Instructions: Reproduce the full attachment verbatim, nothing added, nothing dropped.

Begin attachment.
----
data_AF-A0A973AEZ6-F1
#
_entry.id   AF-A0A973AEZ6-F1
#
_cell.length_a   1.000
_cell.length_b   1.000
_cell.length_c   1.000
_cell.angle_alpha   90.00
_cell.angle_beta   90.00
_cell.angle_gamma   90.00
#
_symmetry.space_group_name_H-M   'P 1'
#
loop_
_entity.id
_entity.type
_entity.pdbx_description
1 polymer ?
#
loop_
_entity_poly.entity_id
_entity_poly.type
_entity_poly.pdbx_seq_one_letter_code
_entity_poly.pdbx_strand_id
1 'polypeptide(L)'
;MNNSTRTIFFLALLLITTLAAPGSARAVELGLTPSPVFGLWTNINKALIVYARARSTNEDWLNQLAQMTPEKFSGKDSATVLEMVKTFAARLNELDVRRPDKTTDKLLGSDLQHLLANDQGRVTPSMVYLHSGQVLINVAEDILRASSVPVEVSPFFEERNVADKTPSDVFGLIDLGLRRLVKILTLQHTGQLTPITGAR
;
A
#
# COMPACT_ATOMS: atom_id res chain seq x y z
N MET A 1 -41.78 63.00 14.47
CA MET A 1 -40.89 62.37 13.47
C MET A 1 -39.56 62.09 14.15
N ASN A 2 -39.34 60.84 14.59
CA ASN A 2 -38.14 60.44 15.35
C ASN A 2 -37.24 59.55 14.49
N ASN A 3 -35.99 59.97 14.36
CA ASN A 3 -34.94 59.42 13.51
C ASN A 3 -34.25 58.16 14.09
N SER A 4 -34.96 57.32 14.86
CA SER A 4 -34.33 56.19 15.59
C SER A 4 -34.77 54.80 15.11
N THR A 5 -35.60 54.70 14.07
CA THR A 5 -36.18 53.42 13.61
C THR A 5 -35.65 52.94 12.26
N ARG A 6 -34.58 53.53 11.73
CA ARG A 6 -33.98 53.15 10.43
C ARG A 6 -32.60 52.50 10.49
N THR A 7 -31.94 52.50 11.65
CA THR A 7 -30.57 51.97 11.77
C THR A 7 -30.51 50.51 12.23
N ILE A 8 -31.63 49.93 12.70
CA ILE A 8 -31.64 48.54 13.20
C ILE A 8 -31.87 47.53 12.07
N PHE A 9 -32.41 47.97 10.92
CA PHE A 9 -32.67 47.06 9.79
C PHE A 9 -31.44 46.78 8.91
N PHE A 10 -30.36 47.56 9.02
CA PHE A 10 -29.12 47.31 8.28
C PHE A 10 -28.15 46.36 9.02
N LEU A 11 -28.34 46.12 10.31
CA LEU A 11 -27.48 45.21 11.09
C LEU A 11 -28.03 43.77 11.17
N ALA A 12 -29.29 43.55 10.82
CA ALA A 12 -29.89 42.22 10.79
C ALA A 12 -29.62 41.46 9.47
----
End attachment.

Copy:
data_AF-A0A973AEZ6-F1
#
_entry.id   AF-A0A973AEZ6-F1
#
_cell.length_a   1.000
_cell.length_b   1.000
_cell.length_c   1.000
_cell.angle_alpha   90.00
_cell.angle_beta   90.00
_cell.angle_gamma   90.00
#
_symmetry.space_group_name_H-M   'P 1'
#
loop_
_entity.id
_entity.type
_entity.pdbx_description
1 polymer ?
#
loop_
_entity_poly.entity_id
_entity_poly.type
_entity_poly.pdbx_seq_one_letter_code
_entity_poly.pdbx_strand_id
1 'polypeptide(L)'
;MNNSTRTIFFLALLLITTLAAPGSARAVELGLTPSPVFGLWTNINKALIVYARARSTNEDWLNQLAQMTPEKFSGKDSATVLEMVKTFAARLNELDVRRPDKTTDKLLGSDLQHLLANDQGRVTPSMVYLHSGQVLINVAEDILRASSVPVEVSPFFEERNVADKTPSDVFGLIDLGLRRLVKILTLQHTGQLTPITGAR
;
A
#
# COMPACT_ATOMS: atom_id res chain seq x y z
N MET A 1 -41.78 63.00 14.47
CA MET A 1 -40.89 62.37 13.47
C MET A 1 -39.56 62.09 14.15
N ASN A 2 -39.34 60.84 14.59
CA ASN A 2 -38.14 60.44 15.35
C ASN A 2 -37.24 59.55 14.49
N ASN A 3 -35.99 59.97 14.36
CA ASN A 3 -34.94 59.42 13.51
C ASN A 3 -34.25 58.16 14.09
N SER A 4 -34.96 57.32 14.86
CA SER A 4 -34.33 56.19 15.59
C SER A 4 -34.77 54.80 15.11
N THR A 5 -35.60 54.70 14.07
CA THR A 5 -36.18 53.42 13.61
C THR A 5 -35.65 52.94 12.26
N ARG A 6 -34.58 53.53 11.73
CA ARG A 6 -33.98 53.15 10.43
C ARG A 6 -32.60 52.50 10.49
N THR A 7 -31.94 52.50 11.65
CA THR A 7 -30.57 51.97 11.77
C THR A 7 -30.51 50.51 12.23
N ILE A 8 -31.63 49.93 12.70
CA ILE A 8 -31.64 48.54 13.20
C ILE A 8 -31.87 47.53 12.07
N PHE A 9 -32.41 47.97 10.92
CA PHE A 9 -32.67 47.06 9.79
C PHE A 9 -31.44 46.78 8.91
N PHE A 10 -30.36 47.56 9.02
CA PHE A 10 -29.12 47.31 8.28
C PHE A 10 -28.15 46.36 9.02
N LEU A 11 -28.34 46.12 10.31
CA LEU A 11 -27.48 45.21 11.09
C LEU A 11 -28.03 43.77 11.17
N ALA A 12 -29.29 43.55 10.82
CA ALA A 12 -29.89 42.22 10.79
C ALA A 12 -29.62 41.46 9.47